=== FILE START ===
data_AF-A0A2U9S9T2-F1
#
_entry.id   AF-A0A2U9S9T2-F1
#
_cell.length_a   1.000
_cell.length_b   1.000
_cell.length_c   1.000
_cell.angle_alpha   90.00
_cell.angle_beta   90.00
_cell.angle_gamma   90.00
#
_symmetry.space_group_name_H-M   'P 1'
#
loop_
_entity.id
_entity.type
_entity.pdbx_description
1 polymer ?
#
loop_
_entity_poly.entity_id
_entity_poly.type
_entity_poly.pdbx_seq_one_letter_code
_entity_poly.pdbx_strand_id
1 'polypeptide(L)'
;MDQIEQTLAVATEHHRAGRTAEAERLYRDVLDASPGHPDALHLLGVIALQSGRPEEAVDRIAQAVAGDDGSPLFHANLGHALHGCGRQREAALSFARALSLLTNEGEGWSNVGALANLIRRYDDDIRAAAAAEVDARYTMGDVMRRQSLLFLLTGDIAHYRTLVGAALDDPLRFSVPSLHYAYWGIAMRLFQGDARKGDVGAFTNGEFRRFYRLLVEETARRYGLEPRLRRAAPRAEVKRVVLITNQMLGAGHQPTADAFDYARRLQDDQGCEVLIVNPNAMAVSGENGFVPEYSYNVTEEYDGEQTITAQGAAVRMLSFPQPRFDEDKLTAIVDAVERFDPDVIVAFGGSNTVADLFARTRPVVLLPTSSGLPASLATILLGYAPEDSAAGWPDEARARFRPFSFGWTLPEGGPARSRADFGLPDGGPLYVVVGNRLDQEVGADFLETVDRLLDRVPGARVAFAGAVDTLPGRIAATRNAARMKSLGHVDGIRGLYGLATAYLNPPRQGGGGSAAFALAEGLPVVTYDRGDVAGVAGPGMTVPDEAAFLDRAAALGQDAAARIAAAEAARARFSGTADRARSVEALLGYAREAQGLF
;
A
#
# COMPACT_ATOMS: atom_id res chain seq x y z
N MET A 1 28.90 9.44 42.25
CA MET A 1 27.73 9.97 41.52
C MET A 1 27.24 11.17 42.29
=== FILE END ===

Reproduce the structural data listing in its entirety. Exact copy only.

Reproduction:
data_AF-A0A2U9S9T2-F1
#
_entry.id   AF-A0A2U9S9T2-F1
#
_cell.length_a   1.000
_cell.length_b   1.000
_cell.length_c   1.000
_cell.angle_alpha   90.00
_cell.angle_beta   90.00
_cell.angle_gamma   90.00
#
_symmetry.space_group_name_H-M   'P 1'
#
loop_
_entity.id
_entity.type
_entity.pdbx_description
1 polymer ?
#
loop_
_entity_poly.entity_id
_entity_poly.type
_entity_poly.pdbx_seq_one_letter_code
_entity_poly.pdbx_strand_id
1 'polypeptide(L)'
;MDQIEQTLAVATEHHRAGRTAEAERLYRDVLDASPGHPDALHLLGVIALQSGRPEEAVDRIAQAVAGDDGSPLFHANLGHALHGCGRQREAALSFARALSLLTNEGEGWSNVGALANLIRRYDDDIRAAAAAEVDARYTMGDVMRRQSLLFLLTGDIAHYRTLVGAALDDPLRFSVPSLHYAYWGIAMRLFQGDARKGDVGAFTNGEFRRFYRLLVEETARRYGLEPRLRRAAPRAEVKRVVLITNQMLGAGHQPTADAFDYARRLQDDQGCEVLIVNPNAMAVSGENGFVPEYSYNVTEEYDGEQTITAQGAAVRMLSFPQPRFDEDKLTAIVDAVERFDPDVIVAFGGSNTVADLFARTRPVVLLPTSSGLPASLATILLGYAPEDSAAGWPDEARARFRPFSFGWTLPEGGPARSRADFGLPDGGPLYVVVGNRLDQEVGADFLETVDRLLDRVPGARVAFAGAVDTLPGRIAATRNAARMKSLGHVDGIRGLYGLATAYLNPPRQGGGGSAAFALAEGLPVVTYDRGDVAGVAGPGMTVPDEAAFLDRAAALGQDAAARIAAAEAARARFSGTADRARSVEALLGYAREAQGLF
;
A
#
# COMPACT_ATOMS: atom_id res chain seq x y z
N MET A 1 28.90 9.44 42.25
CA MET A 1 27.73 9.97 41.52
C MET A 1 27.24 11.17 42.29